Campus gets spooky, haunted thanks to History Club and Grimm Hall staff
October 28, 2011
While the rest of the world is gearing up for Halloween, UW-River Falls students will have some unique options when it comes to their pre-Halloween festivities.
Grimm Hall is putting on a haunted hall Friday, Oct. 28 with the aim to “scare you as much as possible,” according to Grimm Resident Assistant Matthew Stewart. Haunted Hall transforms the basement of Grimm Hall into a haunted house.
The labyrinth of the Haunted Hall will consist of seven rooms and a series of hallways that connects them according to Michelle Sailor, Grimm Hall Manager.
Those willing to brave the hall will be taken through it by a tour guide.
“There’s no theme this year so every single room is different,” Sailor said. “There’s hopefully going to be a surprise in one of the kitchen roooms.”
Stewart is running the Sauna Room. “I wanted this room specifically. It’s small,” said Stewart. “Nobody gets to see it on a regular basis and it’s creepy within itself and now we just need to add something.”
The scares will change throughout the night to accommodate two different audiences, according to Stewart and Sailor. The 6 p.m. to 7:30 p.m. time slot is planned to be less scary so that the children taking part in Trick-or-Treating in the Halls can enjoy the Haunted Hall as well. At 8 p.m. the scares will ramp up and target the older, more thrill-seeking crowds.
Stewart said he isn’t too worried about managing the different levels of terror. “For our scare we don’t have to change anything, we just have to add a little extra effort.”
Those who might not be fond of haunted houses shouldn’t be too worried, according to Sailor. “If someone does get too scared in it, like I would, the tour guides will be able to get them out early so that they don’t have to go through the entire thing,” said Sailor.
The charge for Haunted Hall is $2, which will go to Grimm Hall’s activity fund or two canned goods, which will be donated to the River Falls Food Shelf.
“All of the money that is being paid is being paid from [Grimm’s activity fund],” Sailor said. “We’re hoping to make a profit and give the residents of Grimm great programs because of the money.”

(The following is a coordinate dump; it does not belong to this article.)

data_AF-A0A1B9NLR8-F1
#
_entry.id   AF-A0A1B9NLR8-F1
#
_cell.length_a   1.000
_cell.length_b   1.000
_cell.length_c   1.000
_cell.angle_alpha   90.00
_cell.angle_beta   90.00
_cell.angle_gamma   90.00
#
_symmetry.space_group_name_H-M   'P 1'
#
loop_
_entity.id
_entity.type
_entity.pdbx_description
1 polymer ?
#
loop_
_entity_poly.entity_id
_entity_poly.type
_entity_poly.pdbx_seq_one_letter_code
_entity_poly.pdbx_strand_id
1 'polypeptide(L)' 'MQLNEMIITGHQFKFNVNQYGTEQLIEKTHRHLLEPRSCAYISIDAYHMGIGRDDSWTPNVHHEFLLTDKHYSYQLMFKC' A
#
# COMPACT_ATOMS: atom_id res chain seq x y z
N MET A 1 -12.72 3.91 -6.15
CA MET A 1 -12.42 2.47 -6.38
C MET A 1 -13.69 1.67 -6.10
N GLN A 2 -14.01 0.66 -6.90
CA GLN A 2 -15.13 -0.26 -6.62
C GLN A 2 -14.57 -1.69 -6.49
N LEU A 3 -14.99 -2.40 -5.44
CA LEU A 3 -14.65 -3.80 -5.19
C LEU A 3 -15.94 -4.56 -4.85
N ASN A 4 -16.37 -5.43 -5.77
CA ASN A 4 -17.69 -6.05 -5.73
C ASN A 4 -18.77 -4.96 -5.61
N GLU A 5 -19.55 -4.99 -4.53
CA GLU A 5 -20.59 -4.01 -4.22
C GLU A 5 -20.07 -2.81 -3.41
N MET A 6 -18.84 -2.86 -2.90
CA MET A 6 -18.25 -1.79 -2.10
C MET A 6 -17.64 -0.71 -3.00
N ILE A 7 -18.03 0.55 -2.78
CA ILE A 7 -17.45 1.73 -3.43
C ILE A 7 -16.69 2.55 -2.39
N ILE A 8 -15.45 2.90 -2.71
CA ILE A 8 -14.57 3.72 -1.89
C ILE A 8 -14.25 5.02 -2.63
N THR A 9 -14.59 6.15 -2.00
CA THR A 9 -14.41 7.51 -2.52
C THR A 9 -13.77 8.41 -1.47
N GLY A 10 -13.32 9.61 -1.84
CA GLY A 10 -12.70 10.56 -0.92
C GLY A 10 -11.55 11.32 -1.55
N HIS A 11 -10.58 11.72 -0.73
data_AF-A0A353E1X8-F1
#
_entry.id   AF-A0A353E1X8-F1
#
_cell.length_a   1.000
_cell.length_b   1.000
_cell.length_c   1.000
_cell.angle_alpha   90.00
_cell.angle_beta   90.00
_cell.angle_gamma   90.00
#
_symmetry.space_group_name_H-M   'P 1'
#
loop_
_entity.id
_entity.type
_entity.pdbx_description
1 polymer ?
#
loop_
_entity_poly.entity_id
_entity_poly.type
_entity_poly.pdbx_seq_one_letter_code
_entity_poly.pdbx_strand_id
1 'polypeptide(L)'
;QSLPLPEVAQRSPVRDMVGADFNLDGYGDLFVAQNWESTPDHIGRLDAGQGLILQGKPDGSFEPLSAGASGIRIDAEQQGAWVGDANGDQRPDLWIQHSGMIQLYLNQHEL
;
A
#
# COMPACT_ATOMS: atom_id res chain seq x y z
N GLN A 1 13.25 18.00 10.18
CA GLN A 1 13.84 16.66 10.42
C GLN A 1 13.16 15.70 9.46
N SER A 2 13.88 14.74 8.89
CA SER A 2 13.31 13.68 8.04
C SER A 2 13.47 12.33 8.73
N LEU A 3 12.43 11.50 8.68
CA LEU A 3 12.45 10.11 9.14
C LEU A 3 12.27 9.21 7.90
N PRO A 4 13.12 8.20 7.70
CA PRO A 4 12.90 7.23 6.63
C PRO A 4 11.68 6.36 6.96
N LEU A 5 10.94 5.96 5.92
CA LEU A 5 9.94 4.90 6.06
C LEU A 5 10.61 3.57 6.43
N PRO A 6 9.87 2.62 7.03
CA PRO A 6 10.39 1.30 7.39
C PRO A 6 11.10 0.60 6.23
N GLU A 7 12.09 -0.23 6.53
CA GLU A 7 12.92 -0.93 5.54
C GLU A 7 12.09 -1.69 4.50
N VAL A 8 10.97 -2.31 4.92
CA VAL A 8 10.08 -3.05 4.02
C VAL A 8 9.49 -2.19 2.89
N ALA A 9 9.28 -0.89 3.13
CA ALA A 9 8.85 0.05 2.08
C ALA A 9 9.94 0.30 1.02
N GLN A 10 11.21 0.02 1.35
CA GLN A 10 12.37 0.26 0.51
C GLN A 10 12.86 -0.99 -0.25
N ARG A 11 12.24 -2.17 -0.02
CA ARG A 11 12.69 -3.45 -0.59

“I went last year and I was really surprised,” Max Dalton, RA of Hathorn Hall said. “It was definitely a good scare and totally worth it.”
The UWRF History Club also hosts an event around Halloween time. The Haunted UWRF tour takes participants on a trek around campus and explores local legends and myths, according to assistant professor of history and History Club Faculty Advisor Victoria Houseman.
“Every campus has ghost stories that circulate,” Houseman said. “The haunted tour just points out which areas are associated with which ghost story or which piece of folklore.”
Some stories, like the supposed haunting of the Ames building, which was replaced by the University Center, are more recent, while others, like the now infamous story of the alleged deaths in South Hall go back quite some time according to Houseman.
One of Houseman’s favorite spooky stories involves a tree by Centennial Science Hall.
“Every time it was going to be cut down, the chainsaws that the workers were going to use would freeze up or wouldn’t work,” said Houseman. “Or there’d be a terrific storm and there wouldn’t be a chance for the workmen to take the tree down because they couldn’t be outside and so the tree still stands.”
These stories, as well as many more, were explored in greater depth on the Haunted UWRF Tour Thursday, Oct. 27, and have also been covered in Mike Norman’s “Haunted Wisconsin” in vivid detail.
“I have to go find a costume first and just go out with friends,” freshman Kayla Christopherson said. “I really want to go trick-or-treating and actually go get candy like little kids do.”
Even though she plans to do things a bit more traditionally, Christopherson said that the UWRF Haunted Tour and Grimm Haunted Hall sound fun and exciting.